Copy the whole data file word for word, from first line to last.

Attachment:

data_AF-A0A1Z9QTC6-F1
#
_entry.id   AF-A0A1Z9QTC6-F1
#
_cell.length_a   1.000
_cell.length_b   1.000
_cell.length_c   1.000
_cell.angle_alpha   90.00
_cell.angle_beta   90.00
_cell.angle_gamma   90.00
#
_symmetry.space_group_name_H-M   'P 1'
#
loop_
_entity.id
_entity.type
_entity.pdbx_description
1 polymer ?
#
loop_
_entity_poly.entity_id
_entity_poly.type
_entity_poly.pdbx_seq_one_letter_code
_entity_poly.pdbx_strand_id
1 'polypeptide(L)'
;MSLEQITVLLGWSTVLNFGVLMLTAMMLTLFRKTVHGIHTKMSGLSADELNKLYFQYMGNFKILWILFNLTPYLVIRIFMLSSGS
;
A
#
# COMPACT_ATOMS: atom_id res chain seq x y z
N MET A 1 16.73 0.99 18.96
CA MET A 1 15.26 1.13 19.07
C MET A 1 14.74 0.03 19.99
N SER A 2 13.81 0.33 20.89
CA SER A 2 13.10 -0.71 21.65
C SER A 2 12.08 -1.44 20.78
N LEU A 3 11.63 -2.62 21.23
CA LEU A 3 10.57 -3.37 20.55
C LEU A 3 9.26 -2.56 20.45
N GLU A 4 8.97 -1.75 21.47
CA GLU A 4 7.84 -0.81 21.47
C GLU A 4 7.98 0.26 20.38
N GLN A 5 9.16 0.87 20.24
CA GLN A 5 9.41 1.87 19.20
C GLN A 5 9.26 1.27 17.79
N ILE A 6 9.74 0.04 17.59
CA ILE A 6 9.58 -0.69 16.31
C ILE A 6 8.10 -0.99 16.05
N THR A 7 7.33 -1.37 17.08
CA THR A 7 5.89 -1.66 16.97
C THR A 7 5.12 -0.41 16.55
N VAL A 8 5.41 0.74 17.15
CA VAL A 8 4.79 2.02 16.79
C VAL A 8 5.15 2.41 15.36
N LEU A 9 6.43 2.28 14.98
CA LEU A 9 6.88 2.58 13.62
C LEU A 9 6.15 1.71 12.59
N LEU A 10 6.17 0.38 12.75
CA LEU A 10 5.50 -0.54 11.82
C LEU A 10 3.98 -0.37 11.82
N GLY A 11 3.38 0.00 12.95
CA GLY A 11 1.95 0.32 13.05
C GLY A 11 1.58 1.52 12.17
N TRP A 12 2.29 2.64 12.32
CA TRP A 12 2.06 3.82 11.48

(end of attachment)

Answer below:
data_AF-A0A1Z9QTC6-F1
#
_entry.id   AF-A0A1Z9QTC6-F1
#
_cell.length_a   1.000
_cell.length_b   1.000
_cell.length_c   1.000
_cell.angle_alpha   90.00
_cell.angle_beta   90.00
_cell.angle_gamma   90.00
#
_symmetry.space_group_name_H-M   'P 1'
#
loop_
_entity.id
_entity.type
_entity.pdbx_description
1 polymer ?
#
loop_
_entity_poly.entity_id
_entity_poly.type
_entity_poly.pdbx_seq_one_letter_code
_entity_poly.pdbx_strand_id
1 'polypeptide(L)'
;MSLEQITVLLGWSTVLNFGVLMLTAMMLTLFRKTVHGIHTKMSGLSADELNKLYFQYMGNFKILWILFNLTPYLVIRIFMLSSGS
;
A
#
# COMPACT_ATOMS: atom_id res chain seq x y z
N MET A 1 16.73 0.99 18.96
CA MET A 1 15.26 1.13 19.07
C MET A 1 14.74 0.03 19.99
N SER A 2 13.81 0.33 20.89
CA SER A 2 13.10 -0.71 21.65
C SER A 2 12.08 -1.44 20.78
N LEU A 3 11.63 -2.62 21.23
CA LEU A 3 10.57 -3.37 20.55
C LEU A 3 9.26 -2.56 20.45
N GLU A 4 8.97 -1.75 21.47
CA GLU A 4 7.84 -0.81 21.47
C GLU A 4 7.98 0.26 20.38
N GLN A 5 9.16 0.87 20.24
CA GLN A 5 9.41 1.87 19.20
C GLN A 5 9.26 1.27 17.79
N ILE A 6 9.74 0.04 17.59
CA ILE A 6 9.58 -0.69 16.31
C ILE A 6 8.10 -0.99 16.05
N THR A 7 7.33 -1.37 17.08
CA THR A 7 5.89 -1.66 16.97
C THR A 7 5.12 -0.41 16.55
N VAL A 8 5.41 0.74 17.15
CA VAL A 8 4.79 2.02 16.79
C VAL A 8 5.15 2.41 15.36
N LEU A 9 6.43 2.28 14.98
CA LEU A 9 6.88 2.58 13.62
C LEU A 9 6.15 1.71 12.59
N LEU A 10 6.17 0.38 12.75
CA LEU A 10 5.50 -0.54 11.82
C LEU A 10 3.98 -0.37 11.82
N GLY A 11 3.38 0.00 12.95
CA GLY A 11 1.95 0.32 13.05
C GLY A 11 1.58 1.52 12.17
N TRP A 12 2.29 2.64 12.32
CA TRP A 12 2.06 3.82 11.48